As for worrying about the Gaming try the medical facts of the show House is just, entertainment, any Doctor acting like house would have lost his license years ago and to act as though a heart transplant will fix you up! Its fiction just fiction, meant for entertainment not true life, just like gaming.

    • MikeS 247 comments

      19th October 2009

      I'm with you up to a point, Mel, it is entertainment after all. But it's a fact that a lot of viewers" knowledge is based on TV programmes. At the risk of sounding a pedant, I think programme makers — when they are referencing something 'real" — owe it to the viewer to do their research and make sure they're being reasonably accurate and consistent.

    • I know what you mean Mel. It can seem that way, but I just feel we should make a stand before it's too late.

  6. demoneyeoffire 30 comments

    20th October 2009

    well, I don't like their stereotyping, but from a differen't perspective I found the show enjoyable, it's like hearing jokes about white people, they are insulting, but funny… usally.

    • AI 319 comments

      20th October 2009

      Hmmmm, I don't find myself (sometimes) very insulting or funny!! Maybe I missed something??? But I don't find your comment very appropreate!! Race comments are not what this site is about, so let's try to keep things on an even keel!!

      • demoneyeoffire 30 comments

        24th October 2009

        even if it's your own race, and the jokes are really funny…

  7. Berrie 68 comments

    20th October 2009

    A little overreacted if you ask me. There are few TV-shows which show anything correctly.

    If we should be upset about the portrayal of games and gamers, shouldn't doctors be up in arms about the way House practices medicine. And shouldn't astronauts and astrophysicists be up in arms about Stargate, Star Trek. (PS. Check out Virtuality for a reasonably good depiction of space travel)

  8. Ankh 2 comments

    20th October 2009

    wait, are you saying most gamers wouldn't like playing as monkeys with huge guns?

    ’cause I'm thinking that'd be frigging hillarious

  9. Grey Acumen 505 comments

    21st October 2009

    I'm just glad they stopped having people diving over their couches while they play.

    In all seriousness though, why are you looking at House to portray anything besides a cliche? It's not a gaming TV series, it's a medical drama. The only thing they need to depict accurately is medical stuff, and they don't really even need to do that, they're just likely to get bitched at if they don't, because that's 50-90% of why people watch the series. Watching House for realistic depictions of gamers is like watching Obama for a realistic depiction of democracy (rimshot)

    Even besides that, the fact remains that, for all your insistence that gamers aren't like that, there are gamers WHO ACT EXACTLY LIKE THE CLICHE. You think cliches just come out of nowhere? So not every gamer is represented by this one TV series depicted "gamer" BIG DEAL. That would be true no matter what person they used, so why blame them for picking a character who is interesting/comical? They should instead spend thousands of dollars for extra people to represent the full spectrum of gamers? Hell, that wouldn't be accurate either, as specific types of gamers tend to hang out with gamers of a similar variety.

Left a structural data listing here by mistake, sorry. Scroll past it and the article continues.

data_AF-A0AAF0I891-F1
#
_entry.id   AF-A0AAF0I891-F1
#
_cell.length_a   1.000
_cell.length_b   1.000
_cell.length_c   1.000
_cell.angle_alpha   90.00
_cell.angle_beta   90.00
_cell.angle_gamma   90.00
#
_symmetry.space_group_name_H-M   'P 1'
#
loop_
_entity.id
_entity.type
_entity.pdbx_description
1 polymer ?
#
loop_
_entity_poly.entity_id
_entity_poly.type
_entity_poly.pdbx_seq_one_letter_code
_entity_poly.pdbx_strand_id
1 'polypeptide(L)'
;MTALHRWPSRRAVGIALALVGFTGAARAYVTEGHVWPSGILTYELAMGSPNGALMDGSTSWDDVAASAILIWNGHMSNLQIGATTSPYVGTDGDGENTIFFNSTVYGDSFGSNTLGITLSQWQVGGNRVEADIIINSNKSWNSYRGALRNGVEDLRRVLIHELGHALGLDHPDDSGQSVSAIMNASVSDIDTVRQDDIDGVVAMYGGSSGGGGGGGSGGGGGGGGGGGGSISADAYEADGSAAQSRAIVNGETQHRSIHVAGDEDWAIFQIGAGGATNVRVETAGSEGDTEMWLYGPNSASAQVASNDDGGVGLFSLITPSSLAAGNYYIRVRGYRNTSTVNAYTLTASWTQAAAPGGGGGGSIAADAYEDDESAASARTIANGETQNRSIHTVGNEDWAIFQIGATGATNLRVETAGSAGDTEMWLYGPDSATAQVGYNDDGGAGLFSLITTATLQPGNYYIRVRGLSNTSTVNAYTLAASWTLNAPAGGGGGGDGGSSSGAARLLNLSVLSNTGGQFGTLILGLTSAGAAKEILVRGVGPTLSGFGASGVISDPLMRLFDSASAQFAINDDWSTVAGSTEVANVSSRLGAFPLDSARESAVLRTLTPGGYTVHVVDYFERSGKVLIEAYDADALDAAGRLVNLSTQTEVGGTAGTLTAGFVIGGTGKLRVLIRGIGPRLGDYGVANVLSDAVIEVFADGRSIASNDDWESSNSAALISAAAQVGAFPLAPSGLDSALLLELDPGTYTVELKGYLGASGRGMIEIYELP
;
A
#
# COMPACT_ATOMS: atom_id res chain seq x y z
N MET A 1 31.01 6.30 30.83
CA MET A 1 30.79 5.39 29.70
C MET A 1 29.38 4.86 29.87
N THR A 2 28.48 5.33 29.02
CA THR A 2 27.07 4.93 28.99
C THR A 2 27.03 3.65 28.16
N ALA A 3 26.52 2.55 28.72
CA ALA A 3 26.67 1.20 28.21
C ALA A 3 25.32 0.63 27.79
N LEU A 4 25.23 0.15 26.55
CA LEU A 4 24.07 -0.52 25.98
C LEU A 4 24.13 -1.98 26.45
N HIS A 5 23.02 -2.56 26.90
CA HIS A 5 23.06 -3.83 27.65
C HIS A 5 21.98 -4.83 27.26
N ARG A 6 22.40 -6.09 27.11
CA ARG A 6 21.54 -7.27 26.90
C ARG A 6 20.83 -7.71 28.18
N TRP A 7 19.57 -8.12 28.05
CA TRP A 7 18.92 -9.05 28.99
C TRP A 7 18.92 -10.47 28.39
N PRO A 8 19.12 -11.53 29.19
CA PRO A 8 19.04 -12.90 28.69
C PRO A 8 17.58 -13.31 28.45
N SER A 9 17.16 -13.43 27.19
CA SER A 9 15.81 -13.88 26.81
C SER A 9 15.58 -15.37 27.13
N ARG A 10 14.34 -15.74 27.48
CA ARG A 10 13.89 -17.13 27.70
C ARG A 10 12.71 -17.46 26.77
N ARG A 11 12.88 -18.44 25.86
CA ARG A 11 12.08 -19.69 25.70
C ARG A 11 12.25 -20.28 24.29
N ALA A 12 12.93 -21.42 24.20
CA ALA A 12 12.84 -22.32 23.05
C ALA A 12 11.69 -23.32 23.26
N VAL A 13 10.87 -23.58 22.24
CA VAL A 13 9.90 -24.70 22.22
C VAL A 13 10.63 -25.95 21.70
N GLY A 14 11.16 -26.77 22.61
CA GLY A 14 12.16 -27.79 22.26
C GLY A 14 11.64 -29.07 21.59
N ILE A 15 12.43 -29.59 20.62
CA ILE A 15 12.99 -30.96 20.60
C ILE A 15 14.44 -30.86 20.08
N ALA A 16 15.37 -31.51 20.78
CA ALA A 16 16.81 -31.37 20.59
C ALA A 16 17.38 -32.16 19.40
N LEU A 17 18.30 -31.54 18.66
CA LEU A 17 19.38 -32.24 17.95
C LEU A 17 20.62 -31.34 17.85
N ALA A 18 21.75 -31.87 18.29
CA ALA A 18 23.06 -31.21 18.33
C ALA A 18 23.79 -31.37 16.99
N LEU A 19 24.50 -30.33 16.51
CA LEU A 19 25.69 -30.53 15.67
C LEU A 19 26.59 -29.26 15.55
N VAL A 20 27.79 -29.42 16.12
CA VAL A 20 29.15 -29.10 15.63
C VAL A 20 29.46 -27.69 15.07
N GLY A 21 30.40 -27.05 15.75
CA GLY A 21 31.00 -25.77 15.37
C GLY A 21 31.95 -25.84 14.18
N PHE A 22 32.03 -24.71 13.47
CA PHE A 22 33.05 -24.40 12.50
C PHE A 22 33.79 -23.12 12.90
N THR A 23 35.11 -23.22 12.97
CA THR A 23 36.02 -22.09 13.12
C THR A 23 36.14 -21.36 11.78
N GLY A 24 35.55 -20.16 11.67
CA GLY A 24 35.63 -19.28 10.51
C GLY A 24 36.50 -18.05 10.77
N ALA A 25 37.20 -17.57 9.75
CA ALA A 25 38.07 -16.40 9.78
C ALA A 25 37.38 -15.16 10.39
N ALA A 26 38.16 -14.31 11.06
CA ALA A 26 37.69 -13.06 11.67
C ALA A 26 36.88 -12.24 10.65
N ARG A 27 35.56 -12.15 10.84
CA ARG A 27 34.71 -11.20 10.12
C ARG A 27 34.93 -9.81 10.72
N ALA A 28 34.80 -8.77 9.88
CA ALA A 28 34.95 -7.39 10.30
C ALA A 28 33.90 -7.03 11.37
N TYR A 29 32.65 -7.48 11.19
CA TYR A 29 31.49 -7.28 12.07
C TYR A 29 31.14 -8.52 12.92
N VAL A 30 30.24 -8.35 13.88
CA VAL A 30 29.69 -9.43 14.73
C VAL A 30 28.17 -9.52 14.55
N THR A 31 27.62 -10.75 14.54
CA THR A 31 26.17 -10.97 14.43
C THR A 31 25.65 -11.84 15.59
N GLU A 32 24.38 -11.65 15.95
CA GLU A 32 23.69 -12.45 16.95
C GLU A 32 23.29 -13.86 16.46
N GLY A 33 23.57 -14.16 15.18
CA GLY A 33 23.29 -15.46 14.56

Fact of the matter is that gaming is a hobby, and not even one that has terribly many specifically practical applications in the real world. Unless you actually make a living (it pays for or provides basic necessities by itself) off of gaming in some form or another, then taking it seriously to the point that you give a crap about stereotypes surrounding it is ridiculous.

  10. I don't know if there's a catchy neologism for this, but this is an example of questioning a rather mundane detail in a preposterous concept. Why do the Ninja Turtles live in a sewer? Why do people still live in Gotham City even though the police are inept and supervillains siege it every week? Why do redshirts keep volunteering for Starfleet scouting missions?

    House is a preposterous concept. He's a doctor who doesn't play by the rules, executing radical treatments to save patients – but only after making a dozen misdiagnoses along the way. Every other episode he deliberately kills a patient with some treatment only to bring them back to life with some miracle cure.

    So questioning the portrayal of a video game within the show is pretty low on the list. There are far worse portrayals of gamers. A number of Law & Orders and CSIs explored the Second Life phenomenon. South Park did whole episodes about World of Warcraft and Guitar Hero. Even on the daily news, gamers are sometimes referred to in a negative light, yes.

    But it doesn't really matter. Most young people today are gamers and as they grow up, the geek-in-his-parents-basement stereotype will eventually fade away. Many would argue it already has. Gaming has become a social phenomenon. Whether it's a kid with his Pokemon or a grandparent with Wii Sports, it's no longer isolated to a particular group.